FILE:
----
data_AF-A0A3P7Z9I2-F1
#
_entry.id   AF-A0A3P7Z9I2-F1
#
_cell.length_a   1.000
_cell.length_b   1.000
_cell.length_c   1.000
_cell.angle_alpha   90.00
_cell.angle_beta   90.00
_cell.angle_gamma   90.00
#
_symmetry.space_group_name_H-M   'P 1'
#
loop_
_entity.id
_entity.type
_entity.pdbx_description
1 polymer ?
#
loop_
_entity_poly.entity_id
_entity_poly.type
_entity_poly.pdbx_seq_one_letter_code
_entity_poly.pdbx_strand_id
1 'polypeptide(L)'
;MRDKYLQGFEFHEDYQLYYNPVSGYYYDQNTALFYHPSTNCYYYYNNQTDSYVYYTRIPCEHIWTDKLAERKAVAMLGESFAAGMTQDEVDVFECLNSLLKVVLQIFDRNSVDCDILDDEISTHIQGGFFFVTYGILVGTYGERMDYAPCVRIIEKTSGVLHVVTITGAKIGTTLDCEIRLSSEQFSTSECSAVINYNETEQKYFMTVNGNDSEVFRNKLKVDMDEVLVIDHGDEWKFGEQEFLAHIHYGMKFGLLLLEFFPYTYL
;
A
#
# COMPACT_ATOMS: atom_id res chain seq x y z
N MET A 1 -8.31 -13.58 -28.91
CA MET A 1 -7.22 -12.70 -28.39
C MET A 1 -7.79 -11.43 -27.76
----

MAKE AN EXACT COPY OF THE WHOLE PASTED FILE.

data_AF-A0A3P7Z9I2-F1
#
_entry.id   AF-A0A3P7Z9I2-F1
#
_cell.length_a   1.000
_cell.length_b   1.000
_cell.length_c   1.000
_cell.angle_alpha   90.00
_cell.angle_beta   90.00
_cell.angle_gamma   90.00
#
_symmetry.space_group_name_H-M   'P 1'
#
loop_
_entity.id
_entity.type
_entity.pdbx_description
1 polymer ?
#
loop_
_entity_poly.entity_id
_entity_poly.type
_entity_poly.pdbx_seq_one_letter_code
_entity_poly.pdbx_strand_id
1 'polypeptide(L)'
;MRDKYLQGFEFHEDYQLYYNPVSGYYYDQNTALFYHPSTNCYYYYNNQTDSYVYYTRIPCEHIWTDKLAERKAVAMLGESFAAGMTQDEVDVFECLNSLLKVVLQIFDRNSVDCDILDDEISTHIQGGFFFVTYGILVGTYGERMDYAPCVRIIEKTSGVLHVVTITGAKIGTTLDCEIRLSSEQFSTSECSAVINYNETEQKYFMTVNGNDSEVFRNKLKVDMDEVLVIDHGDEWKFGEQEFLAHIHYGMKFGLLLLEFFPYTYL
;
A
#
# COMPACT_ATOMS: atom_id res chain seq x y z
N MET A 1 -8.31 -13.58 -28.91
CA MET A 1 -7.22 -12.70 -28.39
C MET A 1 -7.79 -11.43 -27.76